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Posts Tagged "goals"

Everyone Hates Setting Goals. Here’s How Google Makes It Easier for Its Employees

Posted on February 12th, 2018 by The Learning Factor

It’s that time of year–leaders everywhere are charging employees with the task of establishing goals for 2018. If you’ve never been through a structured process, this exercise can be daunting, and frankly, feel like a big waste of time. I can assure you, it’s not. 

 

Setting goals is critical. Goals provide direction, help you focus, prioritize your time and energy, and ensure that you can objectively prove you’ve advanced the company’s agenda.

 

But just any goal won’t do. Research shows that goals are not only important but also that the level of specificity and difficulty matters. Goals that are both clear and challenging drive higher levels of performance.

 

To set their teams up for success, many organizations use SMART goals. Google leaders use something a little different–“Objectives and Key Results” (OKRs). On Google’s re:Work site, a resource that shares the company’s perspective on people operations, Google explains the concept.

Sourced through Scoop.it from: www.inc.com

If a goal doesn’t challenge you, then it won’t change you.

Many Strategies Fail Because They’re Not Actually Strategies

Posted on November 15th, 2017 by The Learning Factor

Many strategy execution processes fail because the firm does not have something worth executing.

 

The strategy consultants come in, do their work, and document the new strategy in a PowerPoint presentation and a weighty report. Town hall meetings are organized, employees are told to change their behavior, balanced scorecards are reformulated, and budgets are set aside to support initiatives that fit the new strategy. And then nothing happens.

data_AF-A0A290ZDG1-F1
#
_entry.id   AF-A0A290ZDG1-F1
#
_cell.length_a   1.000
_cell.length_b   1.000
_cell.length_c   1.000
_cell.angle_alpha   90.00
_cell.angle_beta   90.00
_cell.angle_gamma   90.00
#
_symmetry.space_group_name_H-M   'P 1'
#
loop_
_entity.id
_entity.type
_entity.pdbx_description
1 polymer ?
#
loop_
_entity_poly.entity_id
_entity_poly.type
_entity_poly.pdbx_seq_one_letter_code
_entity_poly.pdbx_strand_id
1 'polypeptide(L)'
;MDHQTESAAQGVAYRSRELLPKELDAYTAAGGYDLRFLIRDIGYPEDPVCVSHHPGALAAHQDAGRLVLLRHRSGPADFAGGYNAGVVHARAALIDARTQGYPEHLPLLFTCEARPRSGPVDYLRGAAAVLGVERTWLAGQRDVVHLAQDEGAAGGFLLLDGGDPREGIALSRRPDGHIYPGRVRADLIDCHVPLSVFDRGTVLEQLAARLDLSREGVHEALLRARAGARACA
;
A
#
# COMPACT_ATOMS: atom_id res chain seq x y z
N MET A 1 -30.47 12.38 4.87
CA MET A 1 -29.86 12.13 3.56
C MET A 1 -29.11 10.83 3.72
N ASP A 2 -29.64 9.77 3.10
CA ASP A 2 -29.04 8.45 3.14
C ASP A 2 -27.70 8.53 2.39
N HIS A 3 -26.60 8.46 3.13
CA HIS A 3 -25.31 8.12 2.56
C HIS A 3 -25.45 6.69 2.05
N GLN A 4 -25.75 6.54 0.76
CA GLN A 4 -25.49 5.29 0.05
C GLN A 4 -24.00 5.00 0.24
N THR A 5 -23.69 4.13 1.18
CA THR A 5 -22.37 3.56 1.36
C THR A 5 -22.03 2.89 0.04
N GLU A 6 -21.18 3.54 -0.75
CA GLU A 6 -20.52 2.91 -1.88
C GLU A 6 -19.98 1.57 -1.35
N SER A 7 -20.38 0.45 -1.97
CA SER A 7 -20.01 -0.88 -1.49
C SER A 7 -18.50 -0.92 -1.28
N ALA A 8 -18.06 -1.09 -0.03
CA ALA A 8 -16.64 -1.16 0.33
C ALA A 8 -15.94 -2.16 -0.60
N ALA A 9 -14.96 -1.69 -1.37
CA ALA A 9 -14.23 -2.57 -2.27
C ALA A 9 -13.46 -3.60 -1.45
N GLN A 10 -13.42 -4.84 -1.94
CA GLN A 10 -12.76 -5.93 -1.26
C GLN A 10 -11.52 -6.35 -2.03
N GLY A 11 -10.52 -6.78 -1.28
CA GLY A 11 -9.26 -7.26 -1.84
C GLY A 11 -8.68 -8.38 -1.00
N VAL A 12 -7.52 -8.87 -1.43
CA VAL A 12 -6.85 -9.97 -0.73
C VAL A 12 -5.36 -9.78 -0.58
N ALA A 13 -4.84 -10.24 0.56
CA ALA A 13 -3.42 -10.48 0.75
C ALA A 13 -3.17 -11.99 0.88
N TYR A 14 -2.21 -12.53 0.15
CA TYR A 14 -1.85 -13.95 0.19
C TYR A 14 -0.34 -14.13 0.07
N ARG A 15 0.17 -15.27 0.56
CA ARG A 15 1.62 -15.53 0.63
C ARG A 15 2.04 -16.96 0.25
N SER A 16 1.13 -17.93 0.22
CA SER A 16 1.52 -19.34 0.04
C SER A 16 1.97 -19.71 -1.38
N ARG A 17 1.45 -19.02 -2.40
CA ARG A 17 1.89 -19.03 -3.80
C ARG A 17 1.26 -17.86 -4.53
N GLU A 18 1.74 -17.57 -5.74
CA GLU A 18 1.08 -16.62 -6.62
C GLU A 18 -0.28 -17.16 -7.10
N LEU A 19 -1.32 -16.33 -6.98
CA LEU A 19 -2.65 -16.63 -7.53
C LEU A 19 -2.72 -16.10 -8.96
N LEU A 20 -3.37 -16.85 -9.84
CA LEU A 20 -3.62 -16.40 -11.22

One major reason for the lack of action is that “new strategies” are often not strategies at all. A real strategy involves a clear set of choices that define what the firm is going to do and what it’s not going to do. Many strategies fail to get implemented, despite the ample efforts of hard-working people, because they do not represent a set of clear choices.

 

Many so-called strategies are in fact goals. “We want to be the number one or number two in all the markets in which we operate” is one of those. It does not tell you what you are going to do; all it does is tell you what you hope the outcome will be. But you’ll still need a strategy to achieve it.

Sourced through Scoop.it from: hbr.org

One major reason for the lack of action is that “new strategies” are often not strategies at all. A real strategy involves a clear set of choices that define what the firm is going to do and what it’s not going to do

How to Support Employees’ Learning Goals While Getting Day-to-Day Stuff Done

Posted on August 2nd, 2017 by The Learning Factor

Many of the most successful people had to fight tooth and nail for opportunities to learn new skills and advance up the corporate ladder. That’s often because what they wanted to learn and achieve wasn’t in sync with what their bosses wanted for them. You’re not a data scientist. You’re not cut out for engineering. Sales isn’t what you do. Lines like this are still used all too frequently when employees tell their managers that they want to move in a new direction.

 

But this is only half the story. Managers are under tremendous pressure to generate results. You have annual quotas, quarterly goals, and increasing competition. Who has time to let employees go learn skills that may not be relevant for years, or may not serve your unit at all?

 

I hear these challenges all the time as I work with managers at all levels, particularly in large corporations. I’ve also faced them myself with the companies I founded and scaled. It’s a tough balancing act. But I’ve learned key lessons to help managers turn lofty goals — such as making learning and development a central pillar of the workday — into real actions that mitigate damage to, and even help strengthen, the bottom line. Here’s how.

Sourced through Scoop.it from: hbr.org

It’s good for them, the team, and the company.

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